Rick Dickinson

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The ZX81 personal computer. Dickinson holds a patent for its design

Rick Dickinson is a British industrial designer.

Early life[edit]

Dickinson graduated from Newcastle Polytechnic (now Northumbria University) in 1979 with a First Class Bachelor of Arts Honours degree in Design for Industry. The "Design for Industry" degree was the first of its kind, formerly a three-year "Industrial Design" degree. The new course with two additional terms for industrial placements, extended the degree to four years and the introduction of the term "sandwich".

Sinclair[edit]

Dickinson joined Sir Clive Sinclair's Sinclair Research Ltd in December 1979, replacing John Pemberton who was leaving Sinclair to head up a new design centre for ITT in Harlow. Sinclair Research offices were at 6 Kings Parade, Cambridge.

Rick Dickinson was the in-house industrial designer of Sinclair Research Ltd. He designed the ZX80 and ZX81 home computers,[1] including the touch-sensitive keyboard, as well as the rubber keyboard of the ZX Spectrum. He also designed the TV80 casing and Sinclair QL. Dickinson is a graduate of Newcastle Polytechnic, and worked for Sinclair as a student on one of his industrial placements from Newcastle Polytechnic before he had completed his degree.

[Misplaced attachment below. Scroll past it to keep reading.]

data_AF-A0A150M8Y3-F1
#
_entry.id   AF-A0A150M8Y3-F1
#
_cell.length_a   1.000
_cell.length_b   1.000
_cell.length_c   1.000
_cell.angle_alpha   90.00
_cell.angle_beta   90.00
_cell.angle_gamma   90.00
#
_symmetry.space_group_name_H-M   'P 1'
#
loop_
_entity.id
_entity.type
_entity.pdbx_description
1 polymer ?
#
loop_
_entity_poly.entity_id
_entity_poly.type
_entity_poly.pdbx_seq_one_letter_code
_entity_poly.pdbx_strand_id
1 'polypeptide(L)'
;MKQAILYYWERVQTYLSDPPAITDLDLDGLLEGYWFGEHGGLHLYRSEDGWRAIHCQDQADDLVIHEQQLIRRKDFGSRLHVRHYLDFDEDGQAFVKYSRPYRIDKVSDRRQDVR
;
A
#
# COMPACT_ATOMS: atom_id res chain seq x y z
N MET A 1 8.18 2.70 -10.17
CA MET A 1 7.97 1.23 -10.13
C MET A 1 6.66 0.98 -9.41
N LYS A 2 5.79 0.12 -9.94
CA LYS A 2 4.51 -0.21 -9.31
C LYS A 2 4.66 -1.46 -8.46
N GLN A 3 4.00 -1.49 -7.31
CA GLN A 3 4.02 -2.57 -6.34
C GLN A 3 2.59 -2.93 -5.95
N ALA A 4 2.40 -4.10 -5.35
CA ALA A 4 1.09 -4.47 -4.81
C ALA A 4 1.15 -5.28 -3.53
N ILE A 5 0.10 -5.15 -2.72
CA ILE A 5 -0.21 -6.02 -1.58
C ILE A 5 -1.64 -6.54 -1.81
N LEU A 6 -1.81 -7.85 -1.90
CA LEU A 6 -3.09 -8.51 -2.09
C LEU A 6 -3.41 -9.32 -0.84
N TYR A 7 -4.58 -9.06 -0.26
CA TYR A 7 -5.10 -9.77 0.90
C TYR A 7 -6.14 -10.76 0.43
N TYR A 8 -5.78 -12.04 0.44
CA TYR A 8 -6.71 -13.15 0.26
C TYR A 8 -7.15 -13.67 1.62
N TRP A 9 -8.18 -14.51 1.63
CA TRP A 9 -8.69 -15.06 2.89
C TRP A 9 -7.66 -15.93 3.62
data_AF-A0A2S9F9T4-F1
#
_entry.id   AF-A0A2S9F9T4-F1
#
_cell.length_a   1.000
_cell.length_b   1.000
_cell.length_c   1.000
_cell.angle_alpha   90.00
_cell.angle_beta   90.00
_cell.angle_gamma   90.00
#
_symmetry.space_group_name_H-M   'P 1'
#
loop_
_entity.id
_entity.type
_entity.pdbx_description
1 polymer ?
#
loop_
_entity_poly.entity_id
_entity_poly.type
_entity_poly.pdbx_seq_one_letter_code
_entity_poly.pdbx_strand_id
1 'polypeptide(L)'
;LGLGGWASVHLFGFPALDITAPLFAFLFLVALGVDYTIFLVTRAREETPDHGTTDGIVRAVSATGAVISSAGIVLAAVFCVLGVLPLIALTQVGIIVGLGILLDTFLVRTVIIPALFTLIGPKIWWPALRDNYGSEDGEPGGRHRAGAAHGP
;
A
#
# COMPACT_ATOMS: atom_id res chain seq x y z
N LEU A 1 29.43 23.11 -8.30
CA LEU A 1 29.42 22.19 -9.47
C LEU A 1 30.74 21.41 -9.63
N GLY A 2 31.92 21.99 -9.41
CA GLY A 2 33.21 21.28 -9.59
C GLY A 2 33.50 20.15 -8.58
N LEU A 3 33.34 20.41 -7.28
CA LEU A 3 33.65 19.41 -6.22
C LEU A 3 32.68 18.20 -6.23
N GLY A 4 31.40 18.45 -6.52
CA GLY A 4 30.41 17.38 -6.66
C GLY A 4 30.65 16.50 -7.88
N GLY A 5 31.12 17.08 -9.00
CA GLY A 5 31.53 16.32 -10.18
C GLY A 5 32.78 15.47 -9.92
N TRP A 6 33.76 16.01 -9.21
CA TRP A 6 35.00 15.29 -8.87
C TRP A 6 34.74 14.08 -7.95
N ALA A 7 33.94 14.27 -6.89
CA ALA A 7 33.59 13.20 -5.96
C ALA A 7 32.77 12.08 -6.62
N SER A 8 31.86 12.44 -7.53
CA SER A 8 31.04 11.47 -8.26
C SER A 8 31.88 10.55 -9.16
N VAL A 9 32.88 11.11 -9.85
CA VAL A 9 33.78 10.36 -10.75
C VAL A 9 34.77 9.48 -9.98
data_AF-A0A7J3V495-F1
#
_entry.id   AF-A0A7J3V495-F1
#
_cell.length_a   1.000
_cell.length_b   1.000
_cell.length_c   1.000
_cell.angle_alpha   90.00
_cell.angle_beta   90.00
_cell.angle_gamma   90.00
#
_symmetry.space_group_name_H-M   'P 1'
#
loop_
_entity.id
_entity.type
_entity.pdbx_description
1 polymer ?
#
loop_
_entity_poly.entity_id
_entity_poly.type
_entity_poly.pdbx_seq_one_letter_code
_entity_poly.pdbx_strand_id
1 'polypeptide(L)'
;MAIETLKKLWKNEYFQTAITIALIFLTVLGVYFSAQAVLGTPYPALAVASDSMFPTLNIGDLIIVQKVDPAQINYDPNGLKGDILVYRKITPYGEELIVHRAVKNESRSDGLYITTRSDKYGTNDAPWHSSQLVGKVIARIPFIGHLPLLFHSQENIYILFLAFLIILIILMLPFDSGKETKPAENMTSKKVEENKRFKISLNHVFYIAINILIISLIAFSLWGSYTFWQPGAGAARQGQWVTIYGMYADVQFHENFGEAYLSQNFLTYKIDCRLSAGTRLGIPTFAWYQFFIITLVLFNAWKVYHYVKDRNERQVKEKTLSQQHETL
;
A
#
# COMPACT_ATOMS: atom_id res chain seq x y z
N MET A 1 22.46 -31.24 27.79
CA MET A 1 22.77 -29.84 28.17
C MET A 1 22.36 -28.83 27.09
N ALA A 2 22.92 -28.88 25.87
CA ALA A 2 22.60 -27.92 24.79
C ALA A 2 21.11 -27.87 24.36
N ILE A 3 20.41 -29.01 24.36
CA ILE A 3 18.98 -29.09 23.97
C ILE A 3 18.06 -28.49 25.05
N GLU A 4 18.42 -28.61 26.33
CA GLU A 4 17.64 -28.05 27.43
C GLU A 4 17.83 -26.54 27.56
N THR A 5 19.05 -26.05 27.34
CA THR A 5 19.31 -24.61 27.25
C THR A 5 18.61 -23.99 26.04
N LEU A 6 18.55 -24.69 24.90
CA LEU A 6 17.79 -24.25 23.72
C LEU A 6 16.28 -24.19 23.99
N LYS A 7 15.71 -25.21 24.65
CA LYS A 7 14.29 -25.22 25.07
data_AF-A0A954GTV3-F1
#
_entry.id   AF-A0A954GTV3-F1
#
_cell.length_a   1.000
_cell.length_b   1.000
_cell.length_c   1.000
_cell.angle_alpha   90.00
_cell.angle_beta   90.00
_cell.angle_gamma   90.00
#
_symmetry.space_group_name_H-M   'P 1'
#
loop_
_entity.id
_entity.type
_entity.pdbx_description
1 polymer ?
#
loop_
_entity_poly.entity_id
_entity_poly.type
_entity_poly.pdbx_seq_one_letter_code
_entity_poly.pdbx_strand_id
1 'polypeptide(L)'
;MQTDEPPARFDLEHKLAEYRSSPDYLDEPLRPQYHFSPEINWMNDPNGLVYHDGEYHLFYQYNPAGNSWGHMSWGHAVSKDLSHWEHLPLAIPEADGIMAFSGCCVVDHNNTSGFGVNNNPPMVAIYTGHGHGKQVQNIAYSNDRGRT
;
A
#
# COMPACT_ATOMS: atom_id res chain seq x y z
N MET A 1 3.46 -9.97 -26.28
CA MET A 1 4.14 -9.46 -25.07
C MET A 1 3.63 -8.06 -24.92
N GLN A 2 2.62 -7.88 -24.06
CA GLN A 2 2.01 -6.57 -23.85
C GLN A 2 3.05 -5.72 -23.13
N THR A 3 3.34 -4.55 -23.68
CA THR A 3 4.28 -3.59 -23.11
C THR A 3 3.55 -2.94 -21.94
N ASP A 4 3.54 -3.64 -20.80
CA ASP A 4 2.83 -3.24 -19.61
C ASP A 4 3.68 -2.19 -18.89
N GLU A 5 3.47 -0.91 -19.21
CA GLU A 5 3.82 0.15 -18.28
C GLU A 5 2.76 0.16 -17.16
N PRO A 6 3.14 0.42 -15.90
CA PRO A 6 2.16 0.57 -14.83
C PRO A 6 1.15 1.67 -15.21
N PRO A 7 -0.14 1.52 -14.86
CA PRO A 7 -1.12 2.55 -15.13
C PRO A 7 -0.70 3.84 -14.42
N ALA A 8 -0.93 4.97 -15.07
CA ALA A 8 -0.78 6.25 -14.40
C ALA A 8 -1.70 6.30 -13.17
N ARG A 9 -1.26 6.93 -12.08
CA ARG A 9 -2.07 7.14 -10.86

The ZX81 won a British Design Council award in 1981. It won a Haus Industrieform award and is in a permanent collection in Essen. The Sinclair QL won an Italian design award at the Smau Industrial Design Award.

Post-Sinclair[edit]

In 1986, he founded Dickinson Associates, an industrial design consultancy based in Cambridge. That year he produced the industrial design for an early laptop computer, the Cambridge Z88. In 1987 he was commissioned by Alan Sugar to create the industrial design concept for Amstrad's first portable computer.

In 1989 Rick Dickinson, Christopher Curry (Acorn Computers), and Keith Dunning had a re-think of the famous MacArthur field microscope and Rick designed the Lensman microscope, a portable field microscope. In 1991 the Lensman microscope won the BBC design awards, The Prince Of Wales Award For Industrial Innovation And Production, Archimedes award for Engineering Excellence.

He produced the industrial design concepts and models of the first "Broad Band phone" for AT&T. Dickinson Associates created the industrial design, mechanical design, and production engineering design for the first GSM mobile phone "reference phone" design, for Rockwell. Dickinson Associates were also the designers of the Gizmondo handheld console (originally the Gametrac).

References[edit]

  1. ^ Lidwell, William; Manacsa, Gerry (2009-11-01). Deconstructing Product Design: Exploring the Form, Function, Usability, Sustainability, and Commercial Success of 100 Amazing Products. Rockport Publishers. pp. 214–. ISBN 978-1-59253-345-9. Retrieved 20 August 2011. 

External links[edit]